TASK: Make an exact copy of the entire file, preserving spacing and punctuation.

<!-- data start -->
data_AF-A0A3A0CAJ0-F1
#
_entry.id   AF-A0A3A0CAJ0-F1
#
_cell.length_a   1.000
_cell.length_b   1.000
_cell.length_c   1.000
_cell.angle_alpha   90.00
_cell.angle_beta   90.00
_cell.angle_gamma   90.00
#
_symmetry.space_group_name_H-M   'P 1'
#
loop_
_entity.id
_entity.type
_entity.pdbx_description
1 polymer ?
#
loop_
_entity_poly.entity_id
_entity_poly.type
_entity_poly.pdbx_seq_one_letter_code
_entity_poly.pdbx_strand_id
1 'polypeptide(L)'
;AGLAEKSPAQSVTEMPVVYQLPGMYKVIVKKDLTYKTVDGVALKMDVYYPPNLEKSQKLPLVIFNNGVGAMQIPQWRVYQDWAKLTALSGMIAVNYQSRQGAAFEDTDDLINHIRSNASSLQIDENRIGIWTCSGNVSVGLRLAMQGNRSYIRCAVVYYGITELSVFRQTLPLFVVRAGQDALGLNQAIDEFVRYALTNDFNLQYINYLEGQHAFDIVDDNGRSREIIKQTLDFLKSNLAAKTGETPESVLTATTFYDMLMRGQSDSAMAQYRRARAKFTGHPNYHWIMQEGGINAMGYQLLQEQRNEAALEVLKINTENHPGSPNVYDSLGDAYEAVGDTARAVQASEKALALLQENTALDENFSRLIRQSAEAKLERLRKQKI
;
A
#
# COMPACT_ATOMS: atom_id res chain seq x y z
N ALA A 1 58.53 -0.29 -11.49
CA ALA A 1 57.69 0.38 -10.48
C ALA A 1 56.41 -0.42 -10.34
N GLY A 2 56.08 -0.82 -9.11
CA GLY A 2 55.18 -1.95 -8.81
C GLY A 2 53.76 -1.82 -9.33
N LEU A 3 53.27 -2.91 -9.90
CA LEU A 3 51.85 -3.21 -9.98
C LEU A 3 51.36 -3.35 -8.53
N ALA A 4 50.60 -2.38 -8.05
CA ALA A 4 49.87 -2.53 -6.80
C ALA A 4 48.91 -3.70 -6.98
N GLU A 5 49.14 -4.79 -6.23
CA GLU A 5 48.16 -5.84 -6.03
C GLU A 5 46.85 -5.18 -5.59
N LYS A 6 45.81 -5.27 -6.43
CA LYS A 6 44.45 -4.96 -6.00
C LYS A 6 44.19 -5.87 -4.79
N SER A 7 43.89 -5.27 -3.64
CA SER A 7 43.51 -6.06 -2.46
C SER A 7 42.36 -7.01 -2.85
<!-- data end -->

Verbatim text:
data_AF-A0A3A0CAJ0-F1
#
_entry.id   AF-A0A3A0CAJ0-F1
#
_cell.length_a   1.000
_cell.length_b   1.000
_cell.length_c   1.000
_cell.angle_alpha   90.00
_cell.angle_beta   90.00
_cell.angle_gamma   90.00
#
_symmetry.space_group_name_H-M   'P 1'
#
loop_
_entity.id
_entity.type
_entity.pdbx_description
1 polymer ?
#
loop_
_entity_poly.entity_id
_entity_poly.type
_entity_poly.pdbx_seq_one_letter_code
_entity_poly.pdbx_strand_id
1 'polypeptide(L)'
;AGLAEKSPAQSVTEMPVVYQLPGMYKVIVKKDLTYKTVDGVALKMDVYYPPNLEKSQKLPLVIFNNGVGAMQIPQWRVYQDWAKLTALSGMIAVNYQSRQGAAFEDTDDLINHIRSNASSLQIDENRIGIWTCSGNVSVGLRLAMQGNRSYIRCAVVYYGITELSVFRQTLPLFVVRAGQDALGLNQAIDEFVRYALTNDFNLQYINYLEGQHAFDIVDDNGRSREIIKQTLDFLKSNLAAKTGETPESVLTATTFYDMLMRGQSDSAMAQYRRARAKFTGHPNYHWIMQEGGINAMGYQLLQEQRNEAALEVLKINTENHPGSPNVYDSLGDAYEAVGDTARAVQASEKALALLQENTALDENFSRLIRQSAEAKLERLRKQKI
;
A
#
# COMPACT_ATOMS: atom_id res chain seq x y z
N ALA A 1 58.53 -0.29 -11.49
CA ALA A 1 57.69 0.38 -10.48
C ALA A 1 56.41 -0.42 -10.34
N GLY A 2 56.08 -0.82 -9.11
CA GLY A 2 55.18 -1.95 -8.81
C GLY A 2 53.76 -1.82 -9.33
N LEU A 3 53.27 -2.91 -9.90
CA LEU A 3 51.85 -3.21 -9.98
C LEU A 3 51.36 -3.35 -8.53
N ALA A 4 50.60 -2.38 -8.05
CA ALA A 4 49.87 -2.53 -6.80
C ALA A 4 48.91 -3.70 -6.98
N GLU A 5 49.14 -4.79 -6.23
CA GLU A 5 48.16 -5.84 -6.03
C GLU A 5 46.85 -5.18 -5.59
N LYS A 6 45.81 -5.27 -6.43
CA LYS A 6 44.45 -4.96 -6.00
C LYS A 6 44.19 -5.87 -4.79
N SER A 7 43.89 -5.27 -3.64
CA SER A 7 43.51 -6.06 -2.46
C SER A 7 42.36 -7.01 -2.85